The four D’s of better strategic planning

BY JACK HAGEL

Instead of approaching business as a series of problems to be solved—say, how to cut down on spending, or how to keep employees from getting bored at work—organizations should take a more appreciative look at themselves.

That’s the aim of appreciative inquiry, a change method that consultant Bill Swedish thinks can help businesses get out of a negative rut.

The problem-oriented approach limits business thinking, and companies end up being reactive instead of proactive. “We limit the scope of what we consider as real possibilities for our organizations,” said Swedish, who led a workshop on strategic planning at the AICPA CFO Conference in May. “Appreciative inquiry doesn’t ignore problems, but it intends to look at problems from the other side, that side being opportunity. And it intends to take the organization out of the realm of negative thinking—thinking of scarcity, thinking of lack, thinking of problems—and move the organization into thinking about capabilities, strengths, and opportunities. And that shift—that does magic.”

Here are the four D’s of appreciative inquiry, with explanation from Swedish:

Discovery. This phase is characterized by discipline and rigor, designed to define the “positive core” of the organization. What are the values? What do we do when we’re at our best? Organizations must avoid looking at questions such as, “What’s wrong with us?” Swedish said. It’s not about fixing but about identifying what doesn’t need fixing and can be improved.

Dream. In this phase, organizations explore their possibilities. “How can we create the biggest, wildest, happiest, most fulfilling future, and not just in terms of profit?” The dream phase involves thinking beyond customary boundaries. “We take the limits off and identify what these pictures of the future could be,” Swedish said. An example of a company dreaming of a new strategy: Netflix, the movie rental and streaming company that evolved from delivering DVDs to creating original content.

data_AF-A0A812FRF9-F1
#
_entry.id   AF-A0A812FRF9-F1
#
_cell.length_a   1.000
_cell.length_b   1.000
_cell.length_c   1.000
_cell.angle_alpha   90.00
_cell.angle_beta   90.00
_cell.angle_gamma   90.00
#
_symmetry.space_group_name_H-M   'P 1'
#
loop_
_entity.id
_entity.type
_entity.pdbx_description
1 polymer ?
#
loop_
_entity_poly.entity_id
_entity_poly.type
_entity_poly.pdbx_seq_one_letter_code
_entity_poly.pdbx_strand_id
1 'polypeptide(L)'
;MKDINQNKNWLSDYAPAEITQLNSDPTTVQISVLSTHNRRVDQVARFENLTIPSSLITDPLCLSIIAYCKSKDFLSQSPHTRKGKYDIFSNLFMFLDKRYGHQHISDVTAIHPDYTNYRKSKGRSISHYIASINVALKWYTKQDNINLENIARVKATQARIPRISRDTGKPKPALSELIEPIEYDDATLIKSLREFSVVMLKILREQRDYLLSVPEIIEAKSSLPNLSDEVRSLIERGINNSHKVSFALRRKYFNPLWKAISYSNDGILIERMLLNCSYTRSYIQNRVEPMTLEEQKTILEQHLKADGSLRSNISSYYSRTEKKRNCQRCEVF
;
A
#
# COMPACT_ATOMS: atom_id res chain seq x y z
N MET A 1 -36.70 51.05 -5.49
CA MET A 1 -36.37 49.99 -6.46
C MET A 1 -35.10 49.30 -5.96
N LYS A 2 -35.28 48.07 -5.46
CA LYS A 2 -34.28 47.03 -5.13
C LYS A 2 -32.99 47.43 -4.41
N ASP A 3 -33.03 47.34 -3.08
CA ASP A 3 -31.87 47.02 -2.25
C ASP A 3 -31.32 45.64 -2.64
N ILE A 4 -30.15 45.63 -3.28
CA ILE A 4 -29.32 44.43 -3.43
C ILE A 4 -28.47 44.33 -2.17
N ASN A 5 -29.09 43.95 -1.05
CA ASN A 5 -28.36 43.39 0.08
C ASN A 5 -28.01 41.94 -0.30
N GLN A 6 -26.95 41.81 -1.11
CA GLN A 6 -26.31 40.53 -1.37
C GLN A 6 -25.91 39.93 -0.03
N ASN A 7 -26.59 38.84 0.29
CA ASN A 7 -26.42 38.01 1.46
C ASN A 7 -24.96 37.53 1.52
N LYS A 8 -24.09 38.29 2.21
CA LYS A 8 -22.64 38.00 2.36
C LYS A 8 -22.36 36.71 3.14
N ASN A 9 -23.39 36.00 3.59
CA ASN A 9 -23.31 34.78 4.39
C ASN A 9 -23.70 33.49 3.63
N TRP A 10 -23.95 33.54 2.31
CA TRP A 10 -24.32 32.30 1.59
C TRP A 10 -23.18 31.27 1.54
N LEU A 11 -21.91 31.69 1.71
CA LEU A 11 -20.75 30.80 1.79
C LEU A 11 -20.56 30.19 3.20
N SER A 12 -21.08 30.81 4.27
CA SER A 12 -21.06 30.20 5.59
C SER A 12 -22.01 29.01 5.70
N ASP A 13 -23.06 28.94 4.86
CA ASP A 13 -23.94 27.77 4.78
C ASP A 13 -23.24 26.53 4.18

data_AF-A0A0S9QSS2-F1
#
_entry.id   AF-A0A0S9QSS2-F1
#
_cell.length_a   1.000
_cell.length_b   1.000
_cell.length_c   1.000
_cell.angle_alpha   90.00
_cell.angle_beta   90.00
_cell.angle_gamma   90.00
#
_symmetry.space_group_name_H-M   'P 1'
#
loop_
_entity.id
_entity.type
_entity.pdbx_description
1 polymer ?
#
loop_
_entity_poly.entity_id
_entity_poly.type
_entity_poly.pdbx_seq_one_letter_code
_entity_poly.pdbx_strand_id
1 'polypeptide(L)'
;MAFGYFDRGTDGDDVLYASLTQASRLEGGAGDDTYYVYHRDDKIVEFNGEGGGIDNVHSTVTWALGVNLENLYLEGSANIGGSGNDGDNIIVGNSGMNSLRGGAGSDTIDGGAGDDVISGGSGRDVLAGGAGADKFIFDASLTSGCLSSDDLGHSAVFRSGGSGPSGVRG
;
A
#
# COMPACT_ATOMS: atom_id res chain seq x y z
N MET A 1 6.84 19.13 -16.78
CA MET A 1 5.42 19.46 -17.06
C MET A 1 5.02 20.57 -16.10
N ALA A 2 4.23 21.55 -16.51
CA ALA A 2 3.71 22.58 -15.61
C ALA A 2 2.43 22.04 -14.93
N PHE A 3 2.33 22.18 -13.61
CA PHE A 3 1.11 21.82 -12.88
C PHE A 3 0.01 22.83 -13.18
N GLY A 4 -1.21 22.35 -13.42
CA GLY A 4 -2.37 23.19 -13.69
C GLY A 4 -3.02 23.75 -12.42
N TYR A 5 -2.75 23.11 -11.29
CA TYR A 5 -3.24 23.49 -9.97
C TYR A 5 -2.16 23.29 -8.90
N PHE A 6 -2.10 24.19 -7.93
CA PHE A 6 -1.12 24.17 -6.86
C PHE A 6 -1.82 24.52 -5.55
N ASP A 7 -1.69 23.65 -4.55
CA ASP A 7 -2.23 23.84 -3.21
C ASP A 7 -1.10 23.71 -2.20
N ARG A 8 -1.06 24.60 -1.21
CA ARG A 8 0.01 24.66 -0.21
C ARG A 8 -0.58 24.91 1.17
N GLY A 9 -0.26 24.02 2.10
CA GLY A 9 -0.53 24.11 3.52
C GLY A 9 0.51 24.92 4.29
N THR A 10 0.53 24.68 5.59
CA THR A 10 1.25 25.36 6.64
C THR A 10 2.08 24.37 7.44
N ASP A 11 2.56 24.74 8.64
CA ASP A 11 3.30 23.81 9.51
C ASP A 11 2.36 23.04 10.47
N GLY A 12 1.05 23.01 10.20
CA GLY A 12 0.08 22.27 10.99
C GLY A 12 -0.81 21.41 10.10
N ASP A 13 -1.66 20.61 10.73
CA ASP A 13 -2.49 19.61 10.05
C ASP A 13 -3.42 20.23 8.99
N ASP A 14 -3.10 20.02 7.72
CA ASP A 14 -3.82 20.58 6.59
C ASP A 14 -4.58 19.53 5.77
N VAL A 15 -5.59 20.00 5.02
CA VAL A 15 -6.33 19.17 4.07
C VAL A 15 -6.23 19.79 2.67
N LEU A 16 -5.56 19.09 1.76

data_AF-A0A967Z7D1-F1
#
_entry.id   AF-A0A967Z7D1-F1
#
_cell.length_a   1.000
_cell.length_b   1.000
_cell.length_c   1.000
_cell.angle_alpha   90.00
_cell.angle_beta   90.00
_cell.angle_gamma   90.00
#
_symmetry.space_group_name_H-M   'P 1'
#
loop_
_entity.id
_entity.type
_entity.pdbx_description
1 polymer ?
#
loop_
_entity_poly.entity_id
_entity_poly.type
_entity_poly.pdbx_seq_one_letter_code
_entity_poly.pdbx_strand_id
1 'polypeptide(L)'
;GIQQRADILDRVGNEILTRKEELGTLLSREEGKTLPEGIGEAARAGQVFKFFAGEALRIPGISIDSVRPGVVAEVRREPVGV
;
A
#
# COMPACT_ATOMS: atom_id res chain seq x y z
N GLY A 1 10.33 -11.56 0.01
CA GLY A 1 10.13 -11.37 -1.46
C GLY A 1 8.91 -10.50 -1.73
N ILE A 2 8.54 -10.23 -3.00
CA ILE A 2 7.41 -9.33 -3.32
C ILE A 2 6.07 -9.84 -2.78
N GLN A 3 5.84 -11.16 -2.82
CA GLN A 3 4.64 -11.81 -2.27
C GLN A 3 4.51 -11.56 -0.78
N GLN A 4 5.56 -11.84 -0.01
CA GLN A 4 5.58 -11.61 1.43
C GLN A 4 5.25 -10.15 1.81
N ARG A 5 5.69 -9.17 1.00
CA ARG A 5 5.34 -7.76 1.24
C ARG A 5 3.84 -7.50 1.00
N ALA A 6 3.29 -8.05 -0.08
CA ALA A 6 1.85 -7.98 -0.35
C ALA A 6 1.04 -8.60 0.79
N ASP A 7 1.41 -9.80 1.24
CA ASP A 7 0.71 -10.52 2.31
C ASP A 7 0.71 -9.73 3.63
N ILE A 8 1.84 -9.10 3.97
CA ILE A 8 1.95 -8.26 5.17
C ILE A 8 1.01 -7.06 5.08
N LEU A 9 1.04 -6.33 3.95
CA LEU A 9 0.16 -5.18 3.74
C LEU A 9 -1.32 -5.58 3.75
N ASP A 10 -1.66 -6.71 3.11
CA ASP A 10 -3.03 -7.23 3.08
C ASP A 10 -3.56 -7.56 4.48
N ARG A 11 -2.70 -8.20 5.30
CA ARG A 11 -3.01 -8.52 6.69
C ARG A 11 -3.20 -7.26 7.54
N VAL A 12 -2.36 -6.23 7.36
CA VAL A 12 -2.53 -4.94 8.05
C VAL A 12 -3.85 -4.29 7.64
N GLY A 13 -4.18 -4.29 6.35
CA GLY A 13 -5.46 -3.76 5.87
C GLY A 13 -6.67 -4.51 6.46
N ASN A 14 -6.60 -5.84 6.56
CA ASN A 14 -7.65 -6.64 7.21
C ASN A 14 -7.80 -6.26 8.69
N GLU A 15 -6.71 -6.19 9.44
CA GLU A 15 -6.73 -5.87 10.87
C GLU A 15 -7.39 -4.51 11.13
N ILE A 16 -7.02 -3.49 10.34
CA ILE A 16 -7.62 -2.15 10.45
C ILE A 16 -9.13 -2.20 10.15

Design. This is a practical phase, where the ideas and energy of the first two phases are prioritized. “What has the highest value? What is the most important thing for us to do?” This is where organizations take a focused look at systems and structures, decision-making processes, and overall market strategies, Swedish said. Companies should take the best of their past, the positive core from the discovery phase, and align it with what’s possible, the dream phase, and, then, in the design phase, develop a plan.

Destiny. This phase is “a series of inspired actions,” Swedish said. The phase is ongoing, where the emphasis on thinking beyond boundaries repeats itself. In the destiny phase, an organization “lives its dream and its design and executes on that design to mold its future.”

The process then can repeat itself. Companies can go back and “rediscover”—expanding or sharpening their core. “The destiny phase is really about specific commitments that the organization makes and that the personnel in the organization make regarding this path forward, and that’s where the change actually happens,” Swedish said.